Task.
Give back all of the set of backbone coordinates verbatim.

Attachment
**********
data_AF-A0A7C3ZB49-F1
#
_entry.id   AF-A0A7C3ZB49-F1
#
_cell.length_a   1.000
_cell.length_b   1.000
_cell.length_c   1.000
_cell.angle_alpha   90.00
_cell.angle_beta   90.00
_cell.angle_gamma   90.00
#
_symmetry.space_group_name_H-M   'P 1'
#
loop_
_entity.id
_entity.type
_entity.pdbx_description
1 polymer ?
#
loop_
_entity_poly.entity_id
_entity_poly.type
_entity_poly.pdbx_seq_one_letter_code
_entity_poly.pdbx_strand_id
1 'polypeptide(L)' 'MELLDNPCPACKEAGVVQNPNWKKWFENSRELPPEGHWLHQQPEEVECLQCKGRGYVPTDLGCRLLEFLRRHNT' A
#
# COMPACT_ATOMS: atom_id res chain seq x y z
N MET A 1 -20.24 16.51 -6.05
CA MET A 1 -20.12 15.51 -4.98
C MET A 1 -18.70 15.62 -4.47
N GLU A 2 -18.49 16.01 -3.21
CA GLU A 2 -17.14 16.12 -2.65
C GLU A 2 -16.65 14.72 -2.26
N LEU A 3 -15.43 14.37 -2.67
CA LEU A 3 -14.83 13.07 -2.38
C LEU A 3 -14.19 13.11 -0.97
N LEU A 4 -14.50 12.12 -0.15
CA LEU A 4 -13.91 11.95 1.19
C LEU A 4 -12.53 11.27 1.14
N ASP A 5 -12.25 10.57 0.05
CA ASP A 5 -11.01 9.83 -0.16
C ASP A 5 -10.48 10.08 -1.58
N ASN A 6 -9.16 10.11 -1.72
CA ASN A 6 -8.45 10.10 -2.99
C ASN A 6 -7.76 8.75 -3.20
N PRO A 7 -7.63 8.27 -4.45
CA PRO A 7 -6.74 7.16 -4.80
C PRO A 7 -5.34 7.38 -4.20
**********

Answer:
data_AF-A0A7C3ZB49-F1
#
_entry.id   AF-A0A7C3ZB49-F1
#
_cell.length_a   1.000
_cell.length_b   1.000
_cell.length_c   1.000
_cell.angle_alpha   90.00
_cell.angle_beta   90.00
_cell.angle_gamma   90.00
#
_symmetry.space_group_name_H-M   'P 1'
#
loop_
_entity.id
_entity.type
_entity.pdbx_description
1 polymer ?
#
loop_
_entity_poly.entity_id
_entity_poly.type
_entity_poly.pdbx_seq_one_letter_code
_entity_poly.pdbx_strand_id
1 'polypeptide(L)' 'MELLDNPCPACKEAGVVQNPNWKKWFENSRELPPEGHWLHQQPEEVECLQCKGRGYVPTDLGCRLLEFLRRHNT' A
#
# COMPACT_ATOMS: atom_id res chain seq x y z
N MET A 1 -20.24 16.51 -6.05
CA MET A 1 -20.12 15.51 -4.98
C MET A 1 -18.70 15.62 -4.47
N GLU A 2 -18.49 16.01 -3.21
CA GLU A 2 -17.14 16.12 -2.65
C GLU A 2 -16.65 14.72 -2.26
N LEU A 3 -15.43 14.37 -2.67
CA LEU A 3 -14.83 13.07 -2.38
C LEU A 3 -14.19 13.11 -0.97
N LEU A 4 -14.50 12.12 -0.15
CA LEU A 4 -13.91 11.95 1.19
C LEU A 4 -12.53 11.27 1.14
N ASP A 5 -12.25 10.57 0.05
CA ASP A 5 -11.01 9.83 -0.16
C ASP A 5 -10.48 10.08 -1.58
N ASN A 6 -9.16 10.11 -1.72
CA ASN A 6 -8.45 10.10 -2.99
C ASN A 6 -7.76 8.75 -3.20
N PRO A 7 -7.63 8.27 -4.45
CA PRO A 7 -6.74 7.16 -4.80
C PRO A 7 -5.34 7.38 -4.20